Cool whites have blue, grey or green undertones, making them look crisp and clean.
For a serene, contemporary look, try using cool whites to create strong silhouettes and sharp lines. You’ll find that they also do a great job of showing off striking accessories and artwork.
South-facing rooms usually have plenty of strong light from sunshine, so you may find it helpful to choose a cool white that balances glare.
If you’re looking to create a lively atmosphere, choose a cool white with a hint of orange or gold. If you want to evoke a relaxing ambience, then add a little bit of calm green, such as sage, into your white.
Calm greens and blues are perfect for encouraging a good night’s sleep. If this is your priority, choose a white with a hint of teal or moss.
But for a revitalising lift to get you out of bed in the morning, pick a white with a touch of gold, such as light caramel.
To make the most of a small space, it’s best to choose a cool white such as pearl or almond.
Or for an understated, contemporary look, pick one with a touch of green or blue, such as cool duck egg blue.
Most Popular White Paint for Walls in Singapore
In Singapore, the most popular Dulux white wall paint for homes is actually an off-white shade – the Dulux Wentworth White 90YY 83/036.
If you are getting Nippon paints instead, you’re best getting a white paint from the washable Nippon Vinilex and Odourless Premium All-in-1 ranges.
Difference between White vs Off-White Paint
Generally, pure white paints can appear to be very bright and cool (sometimes blue) to the naked eye. Off-white paints refer to all the other white paints that are not pure whites, and they tend to be softer on the naked eye, and may look like the regular “white” that you expected in your head.
Off-white paints may be more suitable for homes, living rooms etc. living spaces where you’d expect the overall renovation and furniture set up to give you a cosy and homely feeling.
Off-white wall paint names may sound like:
- Stowe White
- Berkshire White
Will I Regret Painting My House White?
Yes, and no, Home & Decor’s editor shares.
“Maintaining pristine whiteness is stressful. So I decide not to take it so seriously.
Full disclosure: I dislike the colour white. Can we even call white a colour? Some said yes, because whitelight comprises all hues in the visible colour spectrum. Others say it’s a shade, not colour. Personally, for me, it is a non-colour.
White reminds of school uniforms and how easily they get dirty. White reminds me of homogenous floor tiles that make you think you are getting bald for the sheer number of hair strands that are starkly visible against their whiteness.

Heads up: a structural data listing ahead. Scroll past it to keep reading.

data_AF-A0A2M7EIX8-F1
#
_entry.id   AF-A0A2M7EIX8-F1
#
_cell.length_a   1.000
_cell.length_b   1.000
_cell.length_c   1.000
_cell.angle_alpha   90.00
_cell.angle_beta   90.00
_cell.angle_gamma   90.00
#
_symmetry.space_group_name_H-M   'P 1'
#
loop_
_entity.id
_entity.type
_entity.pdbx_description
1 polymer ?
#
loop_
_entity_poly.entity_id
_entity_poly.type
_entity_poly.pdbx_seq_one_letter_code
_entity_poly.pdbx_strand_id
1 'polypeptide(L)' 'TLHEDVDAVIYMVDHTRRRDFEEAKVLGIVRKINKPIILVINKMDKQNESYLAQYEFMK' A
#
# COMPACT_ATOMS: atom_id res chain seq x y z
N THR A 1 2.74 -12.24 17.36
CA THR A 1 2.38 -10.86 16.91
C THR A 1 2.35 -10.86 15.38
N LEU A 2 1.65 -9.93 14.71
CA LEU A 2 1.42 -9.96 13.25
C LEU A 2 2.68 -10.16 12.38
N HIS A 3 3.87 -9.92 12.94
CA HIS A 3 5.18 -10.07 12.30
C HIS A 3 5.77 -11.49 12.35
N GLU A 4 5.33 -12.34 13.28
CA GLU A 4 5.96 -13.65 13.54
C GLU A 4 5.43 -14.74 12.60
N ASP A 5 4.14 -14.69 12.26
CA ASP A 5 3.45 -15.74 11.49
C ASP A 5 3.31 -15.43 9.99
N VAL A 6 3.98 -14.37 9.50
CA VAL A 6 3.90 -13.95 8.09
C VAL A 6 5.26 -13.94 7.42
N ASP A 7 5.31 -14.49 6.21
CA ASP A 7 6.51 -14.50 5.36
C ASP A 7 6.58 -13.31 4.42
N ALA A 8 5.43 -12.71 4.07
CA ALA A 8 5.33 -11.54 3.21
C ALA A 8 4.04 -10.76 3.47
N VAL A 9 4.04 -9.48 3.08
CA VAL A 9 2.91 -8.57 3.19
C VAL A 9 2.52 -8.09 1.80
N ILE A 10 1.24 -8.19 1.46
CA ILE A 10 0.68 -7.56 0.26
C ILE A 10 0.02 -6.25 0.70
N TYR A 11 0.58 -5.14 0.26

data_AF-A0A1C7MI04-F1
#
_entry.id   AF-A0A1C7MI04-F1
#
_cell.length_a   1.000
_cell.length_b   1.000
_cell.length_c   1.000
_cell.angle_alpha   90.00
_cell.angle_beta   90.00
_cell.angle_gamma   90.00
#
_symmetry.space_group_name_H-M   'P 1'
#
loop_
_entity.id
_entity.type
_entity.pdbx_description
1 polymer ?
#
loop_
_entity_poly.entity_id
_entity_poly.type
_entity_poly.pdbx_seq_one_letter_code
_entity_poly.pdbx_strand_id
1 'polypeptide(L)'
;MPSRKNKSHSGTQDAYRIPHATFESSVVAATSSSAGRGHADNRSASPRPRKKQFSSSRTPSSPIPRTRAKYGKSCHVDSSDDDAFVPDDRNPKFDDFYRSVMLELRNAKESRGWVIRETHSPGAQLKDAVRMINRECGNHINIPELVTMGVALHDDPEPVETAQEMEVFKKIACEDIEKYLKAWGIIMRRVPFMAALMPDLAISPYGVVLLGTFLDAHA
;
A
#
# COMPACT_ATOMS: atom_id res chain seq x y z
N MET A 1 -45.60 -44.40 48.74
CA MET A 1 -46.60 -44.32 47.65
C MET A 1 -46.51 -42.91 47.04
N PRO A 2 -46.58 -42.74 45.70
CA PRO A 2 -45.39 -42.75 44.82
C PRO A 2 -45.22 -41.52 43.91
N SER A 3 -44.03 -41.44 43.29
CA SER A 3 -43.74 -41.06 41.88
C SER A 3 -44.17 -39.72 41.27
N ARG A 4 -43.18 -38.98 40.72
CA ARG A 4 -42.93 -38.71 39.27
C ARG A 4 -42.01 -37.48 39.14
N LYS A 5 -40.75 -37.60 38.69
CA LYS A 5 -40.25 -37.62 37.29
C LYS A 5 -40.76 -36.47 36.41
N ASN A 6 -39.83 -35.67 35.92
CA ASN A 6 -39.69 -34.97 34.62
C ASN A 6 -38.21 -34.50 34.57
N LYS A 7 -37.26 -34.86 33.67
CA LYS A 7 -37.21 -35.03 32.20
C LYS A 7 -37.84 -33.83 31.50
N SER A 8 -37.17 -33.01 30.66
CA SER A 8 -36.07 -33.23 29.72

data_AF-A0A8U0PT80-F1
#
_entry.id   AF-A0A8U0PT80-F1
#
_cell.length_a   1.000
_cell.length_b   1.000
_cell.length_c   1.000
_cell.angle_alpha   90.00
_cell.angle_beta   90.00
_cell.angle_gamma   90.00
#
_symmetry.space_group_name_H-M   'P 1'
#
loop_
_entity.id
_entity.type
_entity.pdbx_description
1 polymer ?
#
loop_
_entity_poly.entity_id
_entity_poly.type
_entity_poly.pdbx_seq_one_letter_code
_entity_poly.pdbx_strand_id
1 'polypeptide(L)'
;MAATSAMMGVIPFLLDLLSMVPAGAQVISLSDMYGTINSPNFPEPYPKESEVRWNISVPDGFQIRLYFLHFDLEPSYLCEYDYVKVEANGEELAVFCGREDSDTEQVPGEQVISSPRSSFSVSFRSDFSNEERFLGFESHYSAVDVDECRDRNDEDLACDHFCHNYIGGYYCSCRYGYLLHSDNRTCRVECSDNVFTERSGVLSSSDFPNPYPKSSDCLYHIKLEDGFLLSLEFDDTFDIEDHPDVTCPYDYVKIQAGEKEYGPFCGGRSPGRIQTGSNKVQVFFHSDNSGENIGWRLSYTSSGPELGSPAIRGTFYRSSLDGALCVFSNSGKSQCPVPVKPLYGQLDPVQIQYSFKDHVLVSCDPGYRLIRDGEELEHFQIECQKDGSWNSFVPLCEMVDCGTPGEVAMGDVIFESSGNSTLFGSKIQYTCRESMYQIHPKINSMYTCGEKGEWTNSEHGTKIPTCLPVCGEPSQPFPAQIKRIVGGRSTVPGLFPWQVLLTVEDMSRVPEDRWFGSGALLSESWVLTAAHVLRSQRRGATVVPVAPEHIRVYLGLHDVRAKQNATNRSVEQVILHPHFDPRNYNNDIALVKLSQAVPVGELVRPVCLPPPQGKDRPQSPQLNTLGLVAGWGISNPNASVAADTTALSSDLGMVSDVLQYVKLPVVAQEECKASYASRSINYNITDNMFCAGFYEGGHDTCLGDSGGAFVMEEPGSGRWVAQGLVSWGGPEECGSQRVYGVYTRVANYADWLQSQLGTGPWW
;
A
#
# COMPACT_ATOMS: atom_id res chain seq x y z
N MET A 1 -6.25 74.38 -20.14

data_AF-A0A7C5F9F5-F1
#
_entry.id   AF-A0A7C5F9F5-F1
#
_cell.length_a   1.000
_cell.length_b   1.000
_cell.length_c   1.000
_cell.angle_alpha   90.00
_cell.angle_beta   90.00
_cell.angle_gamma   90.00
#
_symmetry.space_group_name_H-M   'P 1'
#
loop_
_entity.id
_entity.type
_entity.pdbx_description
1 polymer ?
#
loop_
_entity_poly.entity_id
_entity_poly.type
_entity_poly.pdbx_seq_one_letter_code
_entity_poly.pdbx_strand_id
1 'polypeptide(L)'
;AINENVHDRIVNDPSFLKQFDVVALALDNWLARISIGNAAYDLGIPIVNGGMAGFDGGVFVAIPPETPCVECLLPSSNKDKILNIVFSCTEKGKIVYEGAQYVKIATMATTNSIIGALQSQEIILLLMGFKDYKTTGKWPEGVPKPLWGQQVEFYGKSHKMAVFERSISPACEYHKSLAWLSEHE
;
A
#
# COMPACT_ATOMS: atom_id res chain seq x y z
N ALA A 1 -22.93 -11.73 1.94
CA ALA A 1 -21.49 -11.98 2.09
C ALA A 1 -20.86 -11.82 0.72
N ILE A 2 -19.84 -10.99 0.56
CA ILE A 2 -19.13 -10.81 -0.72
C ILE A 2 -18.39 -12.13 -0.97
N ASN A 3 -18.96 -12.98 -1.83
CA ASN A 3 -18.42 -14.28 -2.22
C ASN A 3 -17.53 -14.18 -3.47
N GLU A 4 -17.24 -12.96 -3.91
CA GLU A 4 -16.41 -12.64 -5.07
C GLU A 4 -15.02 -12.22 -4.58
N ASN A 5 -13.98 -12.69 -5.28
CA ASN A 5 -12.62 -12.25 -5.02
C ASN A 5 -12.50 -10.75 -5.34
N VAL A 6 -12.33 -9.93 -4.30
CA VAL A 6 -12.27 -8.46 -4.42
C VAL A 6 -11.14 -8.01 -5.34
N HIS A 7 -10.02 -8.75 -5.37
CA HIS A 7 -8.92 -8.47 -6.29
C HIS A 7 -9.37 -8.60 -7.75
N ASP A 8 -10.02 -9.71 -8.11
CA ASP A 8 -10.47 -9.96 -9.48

White, for me, is stressful.
Are White Houses Hard to Keep Clean?
Yes, it demands constant maintenance, and I have neither the patience nor the resources to adequately maintain it. White makes me feel like an underachiever.
But, after living in my own place for more than a decade, I have come to accept the inevitability of white. That white is like the rice that makes the flavours of all the colours in the material palette sing.
Why? Well, you can’t have a wardrobe consisting only of statement pieces; you also need basic, solid coloured pieces to let each statement piece pop.
Even one of the tenets of maximalist design is to leave some room upon which the eye can rest. And a solid white surface is a necessary visual break in the feast of colours, patterns and textures.
And not only have I come to accept the inevitability of white, but I have also mastered the art of choosing the right shade of white.
How to Choose the Right Shade of White for Your House?
The key criteria? Low maintainability and room for patina and imperfection.
White is synonymous with stark minimalism, purity and hygiene, but today the word cloud association has expanded to include tranquillity, and wellness – which means: don’t stress, don’t take white too seriously.
Thanks to a slew of next-generation materials, today’s palette of whites also includes light neutral shades like blonde wood, pale sandstone, veined engineered stone, or tinted solid off-whites that blend seamlessly with wabi-sabi and rustic aesthetics.
These softer shades of white-adjacents are allowed to change and gain patina with time while still providing that breathing room in any design.”
Part of article first appeared on Singapore Women’s Weekly.